We can complicate things. Our MC has a crystal ball, but it works only when she’s calm–and she needs it only when she’s not calm! Notice also that we’ve introduced two magical elements here. The crystal ball can see into the distance, and it’s psychic, too. And we’re moving into plot as well, because our MC has trouble controlling her emotions, a liability in a hero.

Of course we can’t let the magic solve the story’s problems. We have to limit its power and/or make it a source of trouble.

Magic is part of our world-building, as Melissa Mead’s phoenix trees demonstrate. Hers is a world that accommodates that sort of flora.

An easy-peasy way to introduce magic is to include a magical creature or a species of magical creatures in our world. These can be ogres, dragons, elves, and so on. Or we can bring in a kind of creature never before seen in the pages of a book, as I did with brunkas in my mystery Stolen Magic. As soon as the creatures are in, the world becomes magical. They don’t even have to do much that’s magical. They can live among humans. Broad-minded humans and elves can seek out diversity by living side-by-side. Some ENT doctors can specialize in diseases that afflict pointy ears. We can let our plot make room for a creature or two. If our MC is on a quest, she can bring a dragon along, and we can decide in what ways he’ll make things easier for her and in what ways harder. She can encounter evil gnomes, who stand in the way of her fulfilling her quest.

The problem at the center of our story can be magical, as I made it in Ella Enchanted and Ogre Enchanted, both of which revolve around a fairy’s gift, and The Two Princesses of Bamarre, which is about a magical illness, the Gray Death. If magic is at the core, it won’t be an appendage to our story, it will be central.

Here are three prompts:

∙ Your MC has found a crystal ball in a cave. Inside the ball is a tiny person who is wringing her hands and muttering incomprehensibly. Your MC needs to know if it’s safe for her to leave the cave, and she can’t just go to the opening and peek, because the villain who’s after her may be there. She needs the crystal ball, and she has to figure out how it works. Write the scene.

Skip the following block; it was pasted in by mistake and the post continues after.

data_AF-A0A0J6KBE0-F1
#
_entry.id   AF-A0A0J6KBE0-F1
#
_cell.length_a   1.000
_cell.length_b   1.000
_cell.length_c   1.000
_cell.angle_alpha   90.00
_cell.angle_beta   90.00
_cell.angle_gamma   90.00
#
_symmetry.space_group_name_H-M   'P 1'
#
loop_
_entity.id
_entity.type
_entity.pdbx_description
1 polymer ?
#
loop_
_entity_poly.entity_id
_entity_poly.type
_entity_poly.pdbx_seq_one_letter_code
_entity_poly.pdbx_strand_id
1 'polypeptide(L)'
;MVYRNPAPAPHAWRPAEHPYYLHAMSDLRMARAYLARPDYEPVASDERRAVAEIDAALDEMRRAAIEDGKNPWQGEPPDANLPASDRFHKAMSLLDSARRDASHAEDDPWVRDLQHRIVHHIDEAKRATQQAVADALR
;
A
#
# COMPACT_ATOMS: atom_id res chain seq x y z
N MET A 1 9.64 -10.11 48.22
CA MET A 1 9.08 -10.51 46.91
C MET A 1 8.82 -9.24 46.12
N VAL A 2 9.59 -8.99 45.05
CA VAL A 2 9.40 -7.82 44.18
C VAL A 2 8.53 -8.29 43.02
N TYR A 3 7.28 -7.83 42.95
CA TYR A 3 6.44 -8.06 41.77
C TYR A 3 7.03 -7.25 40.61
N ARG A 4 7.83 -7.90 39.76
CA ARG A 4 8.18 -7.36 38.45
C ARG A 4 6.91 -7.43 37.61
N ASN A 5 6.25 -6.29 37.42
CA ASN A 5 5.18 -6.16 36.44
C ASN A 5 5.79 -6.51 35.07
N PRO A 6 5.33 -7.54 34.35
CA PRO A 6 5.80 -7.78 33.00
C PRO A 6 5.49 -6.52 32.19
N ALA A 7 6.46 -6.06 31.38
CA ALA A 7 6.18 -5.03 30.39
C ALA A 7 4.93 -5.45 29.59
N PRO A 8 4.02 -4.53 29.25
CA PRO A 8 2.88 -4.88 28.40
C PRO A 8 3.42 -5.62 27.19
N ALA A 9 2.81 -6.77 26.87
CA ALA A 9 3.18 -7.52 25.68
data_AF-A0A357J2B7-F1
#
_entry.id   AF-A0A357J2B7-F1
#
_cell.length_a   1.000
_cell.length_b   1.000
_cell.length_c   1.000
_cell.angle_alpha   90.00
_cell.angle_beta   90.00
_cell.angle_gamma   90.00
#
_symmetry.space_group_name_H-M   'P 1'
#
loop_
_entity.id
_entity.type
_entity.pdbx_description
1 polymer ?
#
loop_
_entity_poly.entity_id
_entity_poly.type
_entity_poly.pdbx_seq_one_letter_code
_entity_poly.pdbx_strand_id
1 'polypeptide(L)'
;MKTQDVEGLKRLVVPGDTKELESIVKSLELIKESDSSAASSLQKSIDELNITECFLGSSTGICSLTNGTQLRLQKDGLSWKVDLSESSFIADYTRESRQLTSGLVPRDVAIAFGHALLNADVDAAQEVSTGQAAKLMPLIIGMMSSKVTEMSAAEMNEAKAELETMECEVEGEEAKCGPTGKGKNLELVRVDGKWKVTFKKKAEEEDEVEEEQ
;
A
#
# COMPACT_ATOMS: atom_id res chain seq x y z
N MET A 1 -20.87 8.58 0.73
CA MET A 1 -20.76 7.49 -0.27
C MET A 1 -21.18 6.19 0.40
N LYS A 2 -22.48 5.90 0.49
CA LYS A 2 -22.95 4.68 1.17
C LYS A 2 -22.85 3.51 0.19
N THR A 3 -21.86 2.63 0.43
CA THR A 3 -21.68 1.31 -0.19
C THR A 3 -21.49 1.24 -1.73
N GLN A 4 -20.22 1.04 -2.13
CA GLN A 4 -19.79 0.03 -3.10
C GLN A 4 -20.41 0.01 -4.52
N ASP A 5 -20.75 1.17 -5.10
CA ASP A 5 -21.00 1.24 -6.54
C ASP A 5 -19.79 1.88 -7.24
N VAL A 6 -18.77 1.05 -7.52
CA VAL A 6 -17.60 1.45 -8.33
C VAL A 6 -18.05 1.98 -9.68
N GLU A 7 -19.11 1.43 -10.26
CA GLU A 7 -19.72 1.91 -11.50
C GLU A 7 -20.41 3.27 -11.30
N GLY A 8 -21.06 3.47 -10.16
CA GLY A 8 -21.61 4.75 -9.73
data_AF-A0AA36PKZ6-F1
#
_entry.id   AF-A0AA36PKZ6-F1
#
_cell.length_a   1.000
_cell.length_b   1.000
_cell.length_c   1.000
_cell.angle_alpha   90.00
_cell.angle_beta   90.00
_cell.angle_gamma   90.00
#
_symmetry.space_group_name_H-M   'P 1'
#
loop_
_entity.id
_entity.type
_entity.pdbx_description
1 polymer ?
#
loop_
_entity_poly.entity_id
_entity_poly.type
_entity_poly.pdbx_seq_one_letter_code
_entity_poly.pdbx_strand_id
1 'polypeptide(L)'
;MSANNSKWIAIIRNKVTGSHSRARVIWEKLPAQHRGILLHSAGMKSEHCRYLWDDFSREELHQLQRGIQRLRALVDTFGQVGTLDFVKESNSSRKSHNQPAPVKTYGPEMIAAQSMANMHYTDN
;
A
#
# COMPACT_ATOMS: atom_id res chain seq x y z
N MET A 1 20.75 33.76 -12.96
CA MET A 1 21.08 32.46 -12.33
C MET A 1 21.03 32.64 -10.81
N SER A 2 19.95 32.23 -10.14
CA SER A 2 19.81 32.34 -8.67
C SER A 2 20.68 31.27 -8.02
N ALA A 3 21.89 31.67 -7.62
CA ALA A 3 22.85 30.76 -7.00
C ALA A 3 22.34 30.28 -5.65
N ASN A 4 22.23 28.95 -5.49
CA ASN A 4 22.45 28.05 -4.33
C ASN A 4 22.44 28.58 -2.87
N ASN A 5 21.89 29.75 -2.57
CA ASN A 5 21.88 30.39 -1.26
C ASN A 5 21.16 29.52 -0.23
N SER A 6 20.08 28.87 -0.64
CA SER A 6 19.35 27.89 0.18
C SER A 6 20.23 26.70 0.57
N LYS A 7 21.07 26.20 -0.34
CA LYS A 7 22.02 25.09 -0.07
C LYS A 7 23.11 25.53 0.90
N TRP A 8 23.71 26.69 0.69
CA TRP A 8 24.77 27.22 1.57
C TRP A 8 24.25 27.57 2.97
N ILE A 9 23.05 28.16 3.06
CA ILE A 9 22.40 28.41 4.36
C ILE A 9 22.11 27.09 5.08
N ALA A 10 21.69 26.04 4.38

∙ We’re in the world of phoenix trees. Suppose the tree produces a single fruit every 300 years, and whoever eats it will live until the next fruit ripens. The 325-year-old who ate the last fruit wants to keep it from ever ripening. Your MC wants it for her beloved cousin who’s dying of an arrow wound, and other people want it, too. Write a scene. Write the whole story.

∙ List ten other plot possibilities that center on the phoenix trees. Pick one and write the story.

Have fun, and save what you write!

Toe the Line, You Pesky Characters!

A reminder of the conference I mentioned in my last post: The Gathering at Keystone College: http://thegatheringatkeystone.org/2019-theme-schedule/.

On April 17, 2019, Grace L wrote, I was just wondering if anyone has any tips on keeping characters consistent? My main character tends to be kind of contradictory in her actions.

A few of you chimed in.

Writing Ballerina: I have this problem, too!

I plan out my characters beforehand, so that helps a little bit, and then I write my story. As I’m writing, if I find my characters are contradicting themselves, I make a note of it at the bottom of the document in a section titled “Things to fix in next draft.” That section is filled with inconsistencies that I’ll fix after the general story is down. In my current WIP, I originally made her afraid of heights, but I’m thinking now that it won’t work with the story so I might take it out.

I also find it helpful to have people who will give you CONSTRUCTIVE criticism read your story as you’re writing it to see if there are any inconsistencies, which you can make note of when they point them out.

I would also appreciate any other tips anyone else might have! I don’t want my stories to be inconsistent, either!